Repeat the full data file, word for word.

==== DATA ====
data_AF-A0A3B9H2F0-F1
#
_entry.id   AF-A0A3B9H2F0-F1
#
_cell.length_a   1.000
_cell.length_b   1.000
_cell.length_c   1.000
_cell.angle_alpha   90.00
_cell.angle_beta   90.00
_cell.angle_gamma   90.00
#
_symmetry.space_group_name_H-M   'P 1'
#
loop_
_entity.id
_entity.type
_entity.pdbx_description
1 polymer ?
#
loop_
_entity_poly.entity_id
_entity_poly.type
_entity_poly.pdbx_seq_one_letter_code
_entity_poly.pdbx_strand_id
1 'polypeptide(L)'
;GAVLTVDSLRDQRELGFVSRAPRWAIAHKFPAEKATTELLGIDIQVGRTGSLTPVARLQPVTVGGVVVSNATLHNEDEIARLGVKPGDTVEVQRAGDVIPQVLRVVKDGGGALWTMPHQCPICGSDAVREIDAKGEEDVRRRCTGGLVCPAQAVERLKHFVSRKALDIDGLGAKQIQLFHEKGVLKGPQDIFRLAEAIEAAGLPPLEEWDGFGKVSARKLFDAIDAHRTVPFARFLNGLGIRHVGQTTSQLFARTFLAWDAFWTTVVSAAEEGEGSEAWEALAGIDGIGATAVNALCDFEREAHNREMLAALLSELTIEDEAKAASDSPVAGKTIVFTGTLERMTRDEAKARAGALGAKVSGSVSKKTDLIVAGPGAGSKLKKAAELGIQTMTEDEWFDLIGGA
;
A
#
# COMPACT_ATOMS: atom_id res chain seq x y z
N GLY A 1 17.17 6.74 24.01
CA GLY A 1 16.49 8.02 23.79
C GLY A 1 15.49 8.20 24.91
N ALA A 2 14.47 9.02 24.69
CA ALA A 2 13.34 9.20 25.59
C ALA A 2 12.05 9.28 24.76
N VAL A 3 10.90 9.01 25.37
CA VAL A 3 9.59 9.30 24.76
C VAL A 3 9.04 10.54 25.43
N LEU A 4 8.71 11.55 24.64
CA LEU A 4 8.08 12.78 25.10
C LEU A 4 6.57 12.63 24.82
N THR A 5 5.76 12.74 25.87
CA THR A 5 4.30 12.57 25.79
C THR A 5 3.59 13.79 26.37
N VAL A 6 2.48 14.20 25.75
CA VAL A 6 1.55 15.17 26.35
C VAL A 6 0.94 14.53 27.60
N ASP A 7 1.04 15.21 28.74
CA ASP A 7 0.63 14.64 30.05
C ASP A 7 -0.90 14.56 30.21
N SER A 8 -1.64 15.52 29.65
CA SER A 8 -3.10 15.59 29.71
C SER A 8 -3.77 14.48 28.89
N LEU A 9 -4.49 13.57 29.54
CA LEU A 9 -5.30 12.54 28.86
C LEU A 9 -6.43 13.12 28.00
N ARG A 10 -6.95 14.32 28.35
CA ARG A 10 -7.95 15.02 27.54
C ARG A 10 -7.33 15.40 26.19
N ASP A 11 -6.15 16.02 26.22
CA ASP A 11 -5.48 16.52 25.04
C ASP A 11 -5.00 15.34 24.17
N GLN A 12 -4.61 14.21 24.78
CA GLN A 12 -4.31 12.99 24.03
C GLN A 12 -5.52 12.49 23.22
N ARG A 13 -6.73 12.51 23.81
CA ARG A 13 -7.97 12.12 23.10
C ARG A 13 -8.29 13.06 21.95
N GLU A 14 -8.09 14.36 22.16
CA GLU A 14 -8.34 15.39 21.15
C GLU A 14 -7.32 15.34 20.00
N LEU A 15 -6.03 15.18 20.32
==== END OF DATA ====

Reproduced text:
data_AF-A0A3B9H2F0-F1
#
_entry.id   AF-A0A3B9H2F0-F1
#
_cell.length_a   1.000
_cell.length_b   1.000
_cell.length_c   1.000
_cell.angle_alpha   90.00
_cell.angle_beta   90.00
_cell.angle_gamma   90.00
#
_symmetry.space_group_name_H-M   'P 1'
#
loop_
_entity.id
_entity.type
_entity.pdbx_description
1 polymer ?
#
loop_
_entity_poly.entity_id
_entity_poly.type
_entity_poly.pdbx_seq_one_letter_code
_entity_poly.pdbx_strand_id
1 'polypeptide(L)'
;GAVLTVDSLRDQRELGFVSRAPRWAIAHKFPAEKATTELLGIDIQVGRTGSLTPVARLQPVTVGGVVVSNATLHNEDEIARLGVKPGDTVEVQRAGDVIPQVLRVVKDGGGALWTMPHQCPICGSDAVREIDAKGEEDVRRRCTGGLVCPAQAVERLKHFVSRKALDIDGLGAKQIQLFHEKGVLKGPQDIFRLAEAIEAAGLPPLEEWDGFGKVSARKLFDAIDAHRTVPFARFLNGLGIRHVGQTTSQLFARTFLAWDAFWTTVVSAAEEGEGSEAWEALAGIDGIGATAVNALCDFEREAHNREMLAALLSELTIEDEAKAASDSPVAGKTIVFTGTLERMTRDEAKARAGALGAKVSGSVSKKTDLIVAGPGAGSKLKKAAELGIQTMTEDEWFDLIGGA
;
A
#
# COMPACT_ATOMS: atom_id res chain seq x y z
N GLY A 1 17.17 6.74 24.01
CA GLY A 1 16.49 8.02 23.79
C GLY A 1 15.49 8.20 24.91
N ALA A 2 14.47 9.02 24.69
CA ALA A 2 13.34 9.20 25.59
C ALA A 2 12.05 9.28 24.76
N VAL A 3 10.90 9.01 25.37
CA VAL A 3 9.59 9.30 24.76
C VAL A 3 9.04 10.54 25.43
N LEU A 4 8.71 11.55 24.64
CA LEU A 4 8.08 12.78 25.10
C LEU A 4 6.57 12.63 24.82
N THR A 5 5.76 12.74 25.87
CA THR A 5 4.30 12.57 25.79
C THR A 5 3.59 13.79 26.37
N VAL A 6 2.48 14.20 25.75
CA VAL A 6 1.55 15.17 26.35
C VAL A 6 0.94 14.53 27.60
N ASP A 7 1.04 15.21 28.74
CA ASP A 7 0.63 14.64 30.05
C ASP A 7 -0.90 14.56 30.21
N SER A 8 -1.64 15.52 29.65
CA SER A 8 -3.10 15.59 29.71
C SER A 8 -3.77 14.48 28.89
N LEU A 9 -4.49 13.57 29.54
CA LEU A 9 -5.30 12.54 28.86
C LEU A 9 -6.43 13.12 28.00
N ARG A 10 -6.95 14.32 28.35
CA ARG A 10 -7.95 15.02 27.54
C ARG A 10 -7.33 15.40 26.19
N ASP A 11 -6.15 16.02 26.22
CA ASP A 11 -5.48 16.52 25.04
C ASP A 11 -5.00 15.34 24.17
N GLN A 12 -4.61 14.21 24.78
CA GLN A 12 -4.31 12.99 24.03
C GLN A 12 -5.52 12.49 23.22
N ARG A 13 -6.73 12.51 23.81
CA ARG A 13 -7.97 12.12 23.10
C ARG A 13 -8.29 13.06 21.95
N GLU A 14 -8.09 14.36 22.16
CA GLU A 14 -8.34 15.39 21.15
C GLU A 14 -7.32 15.34 20.00
N LEU A 15 -6.03 15.18 20.32